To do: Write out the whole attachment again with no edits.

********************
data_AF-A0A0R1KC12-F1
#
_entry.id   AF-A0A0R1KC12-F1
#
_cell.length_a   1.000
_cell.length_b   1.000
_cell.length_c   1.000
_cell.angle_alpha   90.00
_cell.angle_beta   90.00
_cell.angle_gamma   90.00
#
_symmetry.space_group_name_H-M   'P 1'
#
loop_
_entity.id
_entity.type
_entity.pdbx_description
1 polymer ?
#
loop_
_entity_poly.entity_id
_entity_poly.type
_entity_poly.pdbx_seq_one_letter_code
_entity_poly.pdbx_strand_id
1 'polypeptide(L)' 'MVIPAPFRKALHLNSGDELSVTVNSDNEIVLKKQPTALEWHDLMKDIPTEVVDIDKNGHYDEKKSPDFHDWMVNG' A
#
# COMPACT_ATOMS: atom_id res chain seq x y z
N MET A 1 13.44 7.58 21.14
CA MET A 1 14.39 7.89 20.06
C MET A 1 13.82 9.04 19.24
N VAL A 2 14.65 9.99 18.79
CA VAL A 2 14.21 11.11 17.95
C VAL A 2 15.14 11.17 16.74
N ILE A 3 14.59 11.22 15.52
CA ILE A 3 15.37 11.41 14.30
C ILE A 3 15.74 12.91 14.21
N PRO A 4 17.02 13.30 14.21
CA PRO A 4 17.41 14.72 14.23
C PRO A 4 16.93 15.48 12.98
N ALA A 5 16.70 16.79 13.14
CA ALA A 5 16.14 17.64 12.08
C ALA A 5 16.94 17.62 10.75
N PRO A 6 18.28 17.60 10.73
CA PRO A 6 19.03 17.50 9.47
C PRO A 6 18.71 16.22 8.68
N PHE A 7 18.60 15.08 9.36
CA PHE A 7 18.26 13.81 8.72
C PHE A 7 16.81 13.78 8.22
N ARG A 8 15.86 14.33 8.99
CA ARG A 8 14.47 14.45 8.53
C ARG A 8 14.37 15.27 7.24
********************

data_AF-A0A0R1KC12-F1
#
_entry.id   AF-A0A0R1KC12-F1
#
_cell.length_a   1.000
_cell.length_b   1.000
_cell.length_c   1.000
_cell.angle_alpha   90.00
_cell.angle_beta   90.00
_cell.angle_gamma   90.00
#
_symmetry.space_group_name_H-M   'P 1'
#
loop_
_entity.id
_entity.type
_entity.pdbx_description
1 polymer ?
#
loop_
_entity_poly.entity_id
_entity_poly.type
_entity_poly.pdbx_seq_one_letter_code
_entity_poly.pdbx_strand_id
1 'polypeptide(L)' 'MVIPAPFRKALHLNSGDELSVTVNSDNEIVLKKQPTALEWHDLMKDIPTEVVDIDKNGHYDEKKSPDFHDWMVNG' A
#
# COMPACT_ATOMS: atom_id res chain seq x y z
N MET A 1 13.44 7.58 21.14
CA MET A 1 14.39 7.89 20.06
C MET A 1 13.82 9.04 19.24
N VAL A 2 14.65 9.99 18.79
CA VAL A 2 14.21 11.11 17.95
C VAL A 2 15.14 11.17 16.74
N ILE A 3 14.59 11.22 15.52
CA ILE A 3 15.37 11.41 14.30
C ILE A 3 15.74 12.91 14.21
N PRO A 4 17.02 13.30 14.21
CA PRO A 4 17.41 14.72 14.23
C PRO A 4 16.93 15.48 12.98
N ALA A 5 16.70 16.79 13.14
CA ALA A 5 16.14 17.64 12.08
C ALA A 5 16.94 17.62 10.75
N PRO A 6 18.28 17.60 10.73
CA PRO A 6 19.03 17.50 9.47
C PRO A 6 18.71 16.22 8.68
N PHE A 7 18.60 15.08 9.36
CA PHE A 7 18.26 13.81 8.72
C PHE A 7 16.81 13.78 8.22
N ARG A 8 15.86 14.33 8.99
CA ARG A 8 14.47 14.45 8.53
C ARG A 8 14.37 15.27 7.24